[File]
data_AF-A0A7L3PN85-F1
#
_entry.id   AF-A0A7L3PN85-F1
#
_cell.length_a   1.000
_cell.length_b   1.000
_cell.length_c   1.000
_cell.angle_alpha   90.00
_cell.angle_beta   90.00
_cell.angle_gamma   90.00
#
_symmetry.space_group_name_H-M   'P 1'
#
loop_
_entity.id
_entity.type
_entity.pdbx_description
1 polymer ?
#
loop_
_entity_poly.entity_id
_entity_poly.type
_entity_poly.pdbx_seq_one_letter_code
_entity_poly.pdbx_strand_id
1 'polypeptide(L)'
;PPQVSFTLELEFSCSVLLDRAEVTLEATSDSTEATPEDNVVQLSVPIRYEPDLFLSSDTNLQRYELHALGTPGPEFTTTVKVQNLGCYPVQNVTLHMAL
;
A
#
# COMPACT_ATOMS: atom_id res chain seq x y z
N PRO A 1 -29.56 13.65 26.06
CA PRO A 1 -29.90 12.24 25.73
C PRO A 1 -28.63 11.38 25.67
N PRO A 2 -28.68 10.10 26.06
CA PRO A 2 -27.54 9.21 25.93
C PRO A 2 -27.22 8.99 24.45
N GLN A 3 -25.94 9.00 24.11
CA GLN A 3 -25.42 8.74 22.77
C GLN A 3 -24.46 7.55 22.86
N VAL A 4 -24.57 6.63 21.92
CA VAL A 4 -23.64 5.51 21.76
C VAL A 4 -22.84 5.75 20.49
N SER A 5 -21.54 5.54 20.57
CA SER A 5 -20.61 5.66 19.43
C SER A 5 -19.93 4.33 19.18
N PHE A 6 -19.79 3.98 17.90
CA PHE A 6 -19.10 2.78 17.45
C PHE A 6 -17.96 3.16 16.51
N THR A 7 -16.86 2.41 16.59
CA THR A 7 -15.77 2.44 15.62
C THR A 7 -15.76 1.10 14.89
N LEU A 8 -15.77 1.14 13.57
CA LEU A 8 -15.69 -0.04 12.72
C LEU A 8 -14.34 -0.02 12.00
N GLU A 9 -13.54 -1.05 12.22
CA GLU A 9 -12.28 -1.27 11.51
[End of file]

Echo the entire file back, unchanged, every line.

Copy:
data_AF-A0A7L3PN85-F1
#
_entry.id   AF-A0A7L3PN85-F1
#
_cell.length_a   1.000
_cell.length_b   1.000
_cell.length_c   1.000
_cell.angle_alpha   90.00
_cell.angle_beta   90.00
_cell.angle_gamma   90.00
#
_symmetry.space_group_name_H-M   'P 1'
#
loop_
_entity.id
_entity.type
_entity.pdbx_description
1 polymer ?
#
loop_
_entity_poly.entity_id
_entity_poly.type
_entity_poly.pdbx_seq_one_letter_code
_entity_poly.pdbx_strand_id
1 'polypeptide(L)'
;PPQVSFTLELEFSCSVLLDRAEVTLEATSDSTEATPEDNVVQLSVPIRYEPDLFLSSDTNLQRYELHALGTPGPEFTTTVKVQNLGCYPVQNVTLHMAL
;
A
#
# COMPACT_ATOMS: atom_id res chain seq x y z
N PRO A 1 -29.56 13.65 26.06
CA PRO A 1 -29.90 12.24 25.73
C PRO A 1 -28.63 11.38 25.67
N PRO A 2 -28.68 10.10 26.06
CA PRO A 2 -27.54 9.21 25.93
C PRO A 2 -27.22 8.99 24.45
N GLN A 3 -25.94 9.00 24.11
CA GLN A 3 -25.42 8.74 22.77
C GLN A 3 -24.46 7.55 22.86
N VAL A 4 -24.57 6.63 21.92
CA VAL A 4 -23.64 5.51 21.76
C VAL A 4 -22.84 5.75 20.49
N SER A 5 -21.54 5.54 20.57
CA SER A 5 -20.61 5.66 19.43
C SER A 5 -19.93 4.33 19.18
N PHE A 6 -19.79 3.98 17.90
CA PHE A 6 -19.10 2.78 17.45
C PHE A 6 -17.96 3.16 16.51
N THR A 7 -16.86 2.41 16.59
CA THR A 7 -15.77 2.44 15.62
C THR A 7 -15.76 1.10 14.89
N LEU A 8 -15.77 1.14 13.57
CA LEU A 8 -15.69 -0.04 12.72
C LEU A 8 -14.34 -0.02 12.00
N GLU A 9 -13.54 -1.05 12.22
CA GLU A 9 -12.28 -1.27 11.51